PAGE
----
Egesehir A.S. General Manager Ekrem Tükenmez said, “The October 30 earthquake showed us that there is a need for infrastructure for tests, experiments and analyzes required in field studies. At the Common Mind Meeting after the earthquake, suggestions such as making a building inventory, reviewing the plans, examining the fault lines and conducting microzonation studies were made. To do all this, infrastructure was needed. Thereupon, we established a laboratory that will carry out risk analysis for existing buildings in İzmir and that can meet national and international standards for ground-related tests and experiments. We are now in a position to perform 46 different experiments. We can do everything related to building health, including risky building detection. The laboratory also has the technical infrastructure for soil-related rock and soil experiments and tests. There are places in nature that we cannot see. We can comment on the surface, but there is also an area we do not know, which we call the underground. This center was designed to get to know these areas that we cannot see at work," he said. Ekrem Tükenmez said that there is no example of a laboratory in this scope in Turkey, where both risky structure detection and ground surveys can be carried out on a large area scale, and said, "This center has the capacity to turn into an institute and train scientists."
Strength parameters are detected
Egeşehir Laboratory Concrete Laboratory Department Manager and civil engineer Ulaş Bağcı touched upon how the building risk analyzes are carried out and said, “We perform compressive strength tests with core samples taken from the columns of buildings that are classified as risky structures. Then we move on to risk detection using analysis programs. Therefore, experiments and tests are carried out to determine soil conditions, local soil classification, classification of soil and rock types, soil profiles, swelling-settlement and bearing capacity.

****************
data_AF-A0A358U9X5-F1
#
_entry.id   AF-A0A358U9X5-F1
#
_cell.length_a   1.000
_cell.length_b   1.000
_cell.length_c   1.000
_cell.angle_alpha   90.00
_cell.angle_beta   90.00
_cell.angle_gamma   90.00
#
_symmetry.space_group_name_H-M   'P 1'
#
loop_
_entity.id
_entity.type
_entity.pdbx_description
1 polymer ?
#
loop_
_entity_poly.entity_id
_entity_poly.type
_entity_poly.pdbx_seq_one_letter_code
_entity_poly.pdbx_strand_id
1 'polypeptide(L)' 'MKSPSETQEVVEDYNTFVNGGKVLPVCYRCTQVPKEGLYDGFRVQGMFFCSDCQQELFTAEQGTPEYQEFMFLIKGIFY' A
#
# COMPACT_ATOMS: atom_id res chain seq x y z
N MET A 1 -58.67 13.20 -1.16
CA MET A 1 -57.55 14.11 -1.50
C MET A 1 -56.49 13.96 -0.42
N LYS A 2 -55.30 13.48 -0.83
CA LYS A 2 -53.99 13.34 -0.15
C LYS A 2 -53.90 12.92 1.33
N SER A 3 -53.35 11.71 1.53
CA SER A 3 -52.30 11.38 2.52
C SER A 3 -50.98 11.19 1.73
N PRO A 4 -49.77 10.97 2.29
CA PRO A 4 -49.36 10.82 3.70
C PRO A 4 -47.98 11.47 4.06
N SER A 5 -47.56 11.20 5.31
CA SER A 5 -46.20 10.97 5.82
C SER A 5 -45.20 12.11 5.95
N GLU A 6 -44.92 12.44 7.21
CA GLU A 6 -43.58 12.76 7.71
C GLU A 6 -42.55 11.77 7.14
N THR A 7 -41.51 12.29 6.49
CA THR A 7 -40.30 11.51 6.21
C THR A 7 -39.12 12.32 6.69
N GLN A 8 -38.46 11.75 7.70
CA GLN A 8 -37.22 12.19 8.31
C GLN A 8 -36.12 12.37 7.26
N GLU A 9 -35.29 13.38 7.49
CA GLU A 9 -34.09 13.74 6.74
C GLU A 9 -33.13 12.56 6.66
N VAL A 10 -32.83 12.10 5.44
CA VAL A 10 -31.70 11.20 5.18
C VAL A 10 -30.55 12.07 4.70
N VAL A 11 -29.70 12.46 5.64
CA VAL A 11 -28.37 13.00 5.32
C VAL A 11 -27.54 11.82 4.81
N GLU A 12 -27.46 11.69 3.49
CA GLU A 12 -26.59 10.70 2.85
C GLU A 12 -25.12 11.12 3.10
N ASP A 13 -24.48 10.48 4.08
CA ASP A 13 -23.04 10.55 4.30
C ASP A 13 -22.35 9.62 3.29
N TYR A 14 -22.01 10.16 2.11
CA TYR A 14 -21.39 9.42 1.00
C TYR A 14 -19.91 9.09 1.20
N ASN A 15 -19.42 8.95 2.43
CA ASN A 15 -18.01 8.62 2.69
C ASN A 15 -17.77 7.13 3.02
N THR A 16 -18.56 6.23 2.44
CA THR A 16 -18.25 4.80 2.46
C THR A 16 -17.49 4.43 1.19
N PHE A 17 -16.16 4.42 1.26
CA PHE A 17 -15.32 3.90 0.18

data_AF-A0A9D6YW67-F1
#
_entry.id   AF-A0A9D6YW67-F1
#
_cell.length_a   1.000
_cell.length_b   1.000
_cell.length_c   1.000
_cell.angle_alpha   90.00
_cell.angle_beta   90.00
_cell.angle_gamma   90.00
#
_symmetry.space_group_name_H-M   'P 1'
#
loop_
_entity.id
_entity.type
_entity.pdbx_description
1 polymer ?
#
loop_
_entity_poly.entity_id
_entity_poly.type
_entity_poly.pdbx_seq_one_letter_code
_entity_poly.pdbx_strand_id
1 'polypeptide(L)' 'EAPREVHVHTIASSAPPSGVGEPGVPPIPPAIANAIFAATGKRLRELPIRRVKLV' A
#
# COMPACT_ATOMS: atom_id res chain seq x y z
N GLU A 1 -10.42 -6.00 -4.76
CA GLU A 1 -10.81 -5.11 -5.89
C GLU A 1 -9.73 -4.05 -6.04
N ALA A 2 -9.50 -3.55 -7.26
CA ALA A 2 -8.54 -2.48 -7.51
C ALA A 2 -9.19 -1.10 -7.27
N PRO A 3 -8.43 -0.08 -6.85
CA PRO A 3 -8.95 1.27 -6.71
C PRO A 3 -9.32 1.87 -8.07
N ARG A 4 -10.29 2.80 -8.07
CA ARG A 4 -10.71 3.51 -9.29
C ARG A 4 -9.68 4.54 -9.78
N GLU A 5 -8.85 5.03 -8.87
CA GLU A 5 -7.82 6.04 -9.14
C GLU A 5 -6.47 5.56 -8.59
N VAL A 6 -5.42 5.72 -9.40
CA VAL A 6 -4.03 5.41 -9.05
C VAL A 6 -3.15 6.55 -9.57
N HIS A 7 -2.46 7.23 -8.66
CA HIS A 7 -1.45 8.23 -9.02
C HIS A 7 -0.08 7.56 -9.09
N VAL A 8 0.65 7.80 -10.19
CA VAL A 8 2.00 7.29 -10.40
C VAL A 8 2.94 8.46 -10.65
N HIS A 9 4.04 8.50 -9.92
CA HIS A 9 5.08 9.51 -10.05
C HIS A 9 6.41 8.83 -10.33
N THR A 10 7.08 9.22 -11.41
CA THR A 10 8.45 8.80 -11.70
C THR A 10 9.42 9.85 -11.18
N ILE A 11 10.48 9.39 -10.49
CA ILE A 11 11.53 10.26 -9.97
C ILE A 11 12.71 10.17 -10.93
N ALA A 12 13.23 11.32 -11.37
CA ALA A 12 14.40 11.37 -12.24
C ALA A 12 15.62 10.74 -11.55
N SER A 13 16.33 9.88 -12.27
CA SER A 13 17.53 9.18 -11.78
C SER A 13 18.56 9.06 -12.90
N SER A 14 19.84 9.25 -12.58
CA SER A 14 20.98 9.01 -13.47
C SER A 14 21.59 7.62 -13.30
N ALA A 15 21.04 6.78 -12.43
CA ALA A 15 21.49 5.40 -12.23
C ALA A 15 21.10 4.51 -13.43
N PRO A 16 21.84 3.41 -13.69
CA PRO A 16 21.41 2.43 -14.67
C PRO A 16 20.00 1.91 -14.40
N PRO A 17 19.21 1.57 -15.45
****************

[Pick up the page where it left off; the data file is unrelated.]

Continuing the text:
Gözde Nazlı Kalbaz, Geology Engineer and Head of the Ground Rock Laboratory Department, said, “Two-stage experiments are carried out on samples that represent the land conditions. In the first stage, we define the physical properties of the soil, namely the material. In the second stage, we determine the strength parameters with the devices and direct these parameters to the relevant people. They are also completing the project phase," he said.
What tests are done in the lab?
The laboratory was equipped with devices and equipment to meet the test and analysis needs required for risky structure detection and ground surveys. In the center, tests such as non-destructive-rebound tests, compressive strength, on-site determination of concrete compressive strength, coring and inspection and compressive strength, determination of the density of hardened concrete are carried out for the detection of risky structures.
In addition, within the scope of soil tests, three-axis UU test, direct shear, conventional and automatic consolidation, consistency limits, particle size distribution, specific gravity and conical penetration, as well as fully automatic and computer-controlled resonant column and helical shear, static triaxial compressive strength and consolidation , swelling experiments are carried out. With the “resonant column spiral shear test device” in the laboratory, the shear stiffness, strength and earthquake damping properties of soils during earthquakes are directly measured on samples, and with these data, the behavior of soils during earthquakes such as amplification of ground motion and liquefaction becomes more sensitive.